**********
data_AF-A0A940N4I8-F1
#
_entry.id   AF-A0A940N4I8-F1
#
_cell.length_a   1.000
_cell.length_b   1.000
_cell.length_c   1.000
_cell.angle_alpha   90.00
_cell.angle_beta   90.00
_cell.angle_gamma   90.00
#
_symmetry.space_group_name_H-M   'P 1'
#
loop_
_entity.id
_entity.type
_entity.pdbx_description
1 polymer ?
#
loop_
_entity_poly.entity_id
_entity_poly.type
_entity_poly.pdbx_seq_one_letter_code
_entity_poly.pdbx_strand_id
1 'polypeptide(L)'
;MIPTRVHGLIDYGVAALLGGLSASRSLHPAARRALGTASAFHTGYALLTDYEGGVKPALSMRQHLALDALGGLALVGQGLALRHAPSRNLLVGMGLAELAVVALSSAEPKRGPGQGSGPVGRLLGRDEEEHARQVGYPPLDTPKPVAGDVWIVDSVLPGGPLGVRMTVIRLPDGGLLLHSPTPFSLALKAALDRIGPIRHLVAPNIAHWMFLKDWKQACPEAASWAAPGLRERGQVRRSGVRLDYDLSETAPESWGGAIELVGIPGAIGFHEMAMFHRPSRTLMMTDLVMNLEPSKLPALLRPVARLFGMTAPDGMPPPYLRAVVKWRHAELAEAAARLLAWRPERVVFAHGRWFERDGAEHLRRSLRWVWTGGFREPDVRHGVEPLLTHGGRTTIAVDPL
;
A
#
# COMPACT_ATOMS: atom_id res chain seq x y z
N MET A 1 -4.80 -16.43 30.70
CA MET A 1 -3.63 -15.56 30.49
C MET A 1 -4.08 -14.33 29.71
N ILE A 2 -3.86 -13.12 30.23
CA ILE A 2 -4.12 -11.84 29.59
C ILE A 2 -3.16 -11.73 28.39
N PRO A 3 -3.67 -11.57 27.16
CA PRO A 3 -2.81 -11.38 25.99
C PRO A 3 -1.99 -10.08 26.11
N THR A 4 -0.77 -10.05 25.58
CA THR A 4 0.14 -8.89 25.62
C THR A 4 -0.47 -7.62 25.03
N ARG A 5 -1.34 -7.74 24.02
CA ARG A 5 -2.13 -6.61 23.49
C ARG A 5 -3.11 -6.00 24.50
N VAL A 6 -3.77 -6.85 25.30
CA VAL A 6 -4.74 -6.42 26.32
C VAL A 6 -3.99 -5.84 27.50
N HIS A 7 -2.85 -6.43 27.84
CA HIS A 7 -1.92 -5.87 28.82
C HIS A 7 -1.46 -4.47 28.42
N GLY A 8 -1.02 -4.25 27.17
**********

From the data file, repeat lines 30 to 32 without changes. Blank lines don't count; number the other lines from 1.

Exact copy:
# COMPACT_ATOMS: atom_id res chain seq x y z
N MET A 1 -4.80 -16.43 30.70
CA MET A 1 -3.63 -15.56 30.49